Memorandum from Barnardo's Northern Ireland
SPECIAL NEEDS EDUCATION IN NORTHERN IRELAND
Barnardo's is the largest United Kingdom Children's
Charity providing a range of social welfare services to 20,000
children, young people and their families. Of these more than
5,000 are disabled children and young people.
In Northern Ireland, Barnardo's provides 29
separate services. We provide a number of major family support
and respite services to disabled children in the Eastern, Southern
and Northern Board areas. The vast majority of disabled children
we work alongside in these services would have a severe/profound
Learning Disability. All the children would have Statements of
Special Educational Needs.
Barnardo's believe that the one critical issue
which needs to be addressed within Northern Ireland is the right
of children who have a disability to have equal opportunity within
mainstream schools. In the words of the Rt Hon David Blunket MP:
"Where all children are included as equal
partners in the school community the benefits are felt by all."
We strongly support the inclusive vision
of excellence for all as outlined in the recent Green Paper. We
would request that a similar consultation process should be undertaken
within Northern Ireland.
Barnardo's believes an inclusive education system
is the key to encouraging the full participation of disabled people
in society. Mainstream education provision should offer a range
of support services designed to achieve this.
Key messages from research show:
(1) Contact with other children is a vital
part of any child's life. Attending their local schools gives
children the chance to stay in their own communities and to develop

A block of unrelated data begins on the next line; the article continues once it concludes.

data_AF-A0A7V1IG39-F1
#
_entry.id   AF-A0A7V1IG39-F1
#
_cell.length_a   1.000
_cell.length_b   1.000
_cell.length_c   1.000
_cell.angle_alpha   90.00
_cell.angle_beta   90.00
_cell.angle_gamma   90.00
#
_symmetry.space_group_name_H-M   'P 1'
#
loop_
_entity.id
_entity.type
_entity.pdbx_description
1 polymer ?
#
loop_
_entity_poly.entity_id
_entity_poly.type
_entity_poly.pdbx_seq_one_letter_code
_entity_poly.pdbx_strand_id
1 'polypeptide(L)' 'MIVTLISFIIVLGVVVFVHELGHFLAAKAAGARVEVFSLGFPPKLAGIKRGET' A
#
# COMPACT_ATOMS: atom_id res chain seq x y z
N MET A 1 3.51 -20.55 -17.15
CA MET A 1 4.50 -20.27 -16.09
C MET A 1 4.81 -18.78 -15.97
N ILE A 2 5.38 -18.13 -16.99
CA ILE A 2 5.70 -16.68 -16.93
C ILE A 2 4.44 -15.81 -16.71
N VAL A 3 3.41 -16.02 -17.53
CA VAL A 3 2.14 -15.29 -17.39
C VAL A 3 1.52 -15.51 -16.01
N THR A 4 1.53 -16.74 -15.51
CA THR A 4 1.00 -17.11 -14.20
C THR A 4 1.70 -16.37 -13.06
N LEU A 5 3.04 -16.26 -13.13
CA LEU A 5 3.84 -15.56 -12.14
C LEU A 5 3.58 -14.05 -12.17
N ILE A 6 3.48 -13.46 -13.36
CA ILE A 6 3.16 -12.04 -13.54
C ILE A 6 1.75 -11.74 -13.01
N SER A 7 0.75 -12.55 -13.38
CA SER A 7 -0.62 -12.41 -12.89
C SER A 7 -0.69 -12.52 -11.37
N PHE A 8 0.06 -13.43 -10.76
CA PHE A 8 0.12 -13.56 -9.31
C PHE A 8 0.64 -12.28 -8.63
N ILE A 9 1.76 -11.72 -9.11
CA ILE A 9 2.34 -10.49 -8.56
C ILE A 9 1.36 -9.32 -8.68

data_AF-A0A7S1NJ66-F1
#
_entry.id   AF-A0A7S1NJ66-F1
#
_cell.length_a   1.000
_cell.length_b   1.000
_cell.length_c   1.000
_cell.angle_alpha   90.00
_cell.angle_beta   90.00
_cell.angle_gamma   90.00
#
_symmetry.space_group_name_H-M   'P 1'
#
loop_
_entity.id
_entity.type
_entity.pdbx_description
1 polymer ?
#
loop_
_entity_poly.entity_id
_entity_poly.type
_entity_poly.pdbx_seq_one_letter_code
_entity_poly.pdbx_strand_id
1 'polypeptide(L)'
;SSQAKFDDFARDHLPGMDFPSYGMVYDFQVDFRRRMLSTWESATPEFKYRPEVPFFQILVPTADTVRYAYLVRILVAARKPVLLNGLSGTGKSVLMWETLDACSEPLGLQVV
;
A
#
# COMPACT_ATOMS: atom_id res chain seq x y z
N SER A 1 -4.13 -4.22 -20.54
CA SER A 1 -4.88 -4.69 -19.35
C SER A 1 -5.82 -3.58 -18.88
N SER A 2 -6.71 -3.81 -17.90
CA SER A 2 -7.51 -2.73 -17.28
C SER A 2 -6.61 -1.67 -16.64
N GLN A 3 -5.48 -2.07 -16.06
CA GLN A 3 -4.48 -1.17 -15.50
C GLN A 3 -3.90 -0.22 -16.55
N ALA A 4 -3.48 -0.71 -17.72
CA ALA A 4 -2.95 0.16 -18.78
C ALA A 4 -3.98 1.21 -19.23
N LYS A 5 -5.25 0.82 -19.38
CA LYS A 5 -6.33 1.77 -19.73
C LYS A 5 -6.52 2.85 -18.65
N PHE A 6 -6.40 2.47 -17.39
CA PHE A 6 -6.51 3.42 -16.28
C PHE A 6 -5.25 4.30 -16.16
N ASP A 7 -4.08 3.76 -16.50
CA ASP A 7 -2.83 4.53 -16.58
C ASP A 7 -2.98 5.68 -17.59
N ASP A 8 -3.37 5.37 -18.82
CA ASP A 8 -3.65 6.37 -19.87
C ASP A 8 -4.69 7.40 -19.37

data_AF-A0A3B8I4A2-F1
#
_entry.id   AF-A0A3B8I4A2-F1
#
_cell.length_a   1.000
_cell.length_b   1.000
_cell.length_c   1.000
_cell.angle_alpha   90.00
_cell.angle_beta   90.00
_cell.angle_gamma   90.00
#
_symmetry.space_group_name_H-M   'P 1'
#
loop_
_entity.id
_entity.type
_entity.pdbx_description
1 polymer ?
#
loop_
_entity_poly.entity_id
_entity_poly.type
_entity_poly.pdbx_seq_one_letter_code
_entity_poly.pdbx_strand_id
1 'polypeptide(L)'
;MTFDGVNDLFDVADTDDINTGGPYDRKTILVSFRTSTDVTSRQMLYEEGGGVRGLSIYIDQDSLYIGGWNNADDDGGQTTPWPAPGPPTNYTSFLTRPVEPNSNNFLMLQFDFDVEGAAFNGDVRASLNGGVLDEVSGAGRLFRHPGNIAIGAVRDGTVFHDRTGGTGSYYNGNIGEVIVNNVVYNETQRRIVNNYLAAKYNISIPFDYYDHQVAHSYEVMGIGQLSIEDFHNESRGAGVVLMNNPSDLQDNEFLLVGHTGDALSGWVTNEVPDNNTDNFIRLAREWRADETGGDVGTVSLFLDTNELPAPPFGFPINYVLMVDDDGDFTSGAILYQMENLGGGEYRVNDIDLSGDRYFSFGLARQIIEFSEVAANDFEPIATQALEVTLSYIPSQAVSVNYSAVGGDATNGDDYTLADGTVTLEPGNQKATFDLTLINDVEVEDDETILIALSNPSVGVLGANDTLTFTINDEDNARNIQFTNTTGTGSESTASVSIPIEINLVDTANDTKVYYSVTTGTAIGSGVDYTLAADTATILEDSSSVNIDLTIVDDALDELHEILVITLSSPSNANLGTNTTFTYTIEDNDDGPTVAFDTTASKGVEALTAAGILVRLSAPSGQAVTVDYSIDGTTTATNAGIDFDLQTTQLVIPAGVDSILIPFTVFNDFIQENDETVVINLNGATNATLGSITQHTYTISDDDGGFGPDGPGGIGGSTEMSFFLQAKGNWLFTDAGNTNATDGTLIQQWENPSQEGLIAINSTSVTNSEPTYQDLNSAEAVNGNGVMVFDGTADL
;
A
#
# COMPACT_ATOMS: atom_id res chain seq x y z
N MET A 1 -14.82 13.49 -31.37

(2) Inclusive education helps all children
to develop a strong awareness of difference, and promotes respect,
understanding and co-operation.
(3) Being educated alongside other children
assists disabled children to do better, academically and socially.
(4) Children who are educated in segregated
schools tend to achieve less academically, have less confidence
and self-esteem, and are ill-prepared for an independent adult
(5) Segregated education is expensive. The
same resources could be gradually redeployed into support facilities
which enable disabled children to be educated in ordinary schools.
We are aware that within Northern Ireland the
demand for Special Needs Education is increasing which is reflective
of a range of factors, including the fact that many more disabled
children are living at home. We are concerned that the continued
expansion of the segregated Special Education Sector as evidenced
by the opening of new schools is short sighted and expensive.
There is a need for a strategic shiftsegregation is not
good for children (disabled and non-disabled) its not good for
families and its not good for communities.
Inclusion cannot be achieved overnight: the
transition to inclusive schools relies on careful planning and
the redeployment of the skills and expertise presently within
segregated sector to support children in mainstream. Inclusion
will not happen without the redeployment of these skills and expertise.
Barnado's would urge the Northern Ireland Affairs
Committee to examine expenditure now and in the long-term, and
to make the necessary strategic shift, to help create a better
future for all our children.
6 April 1998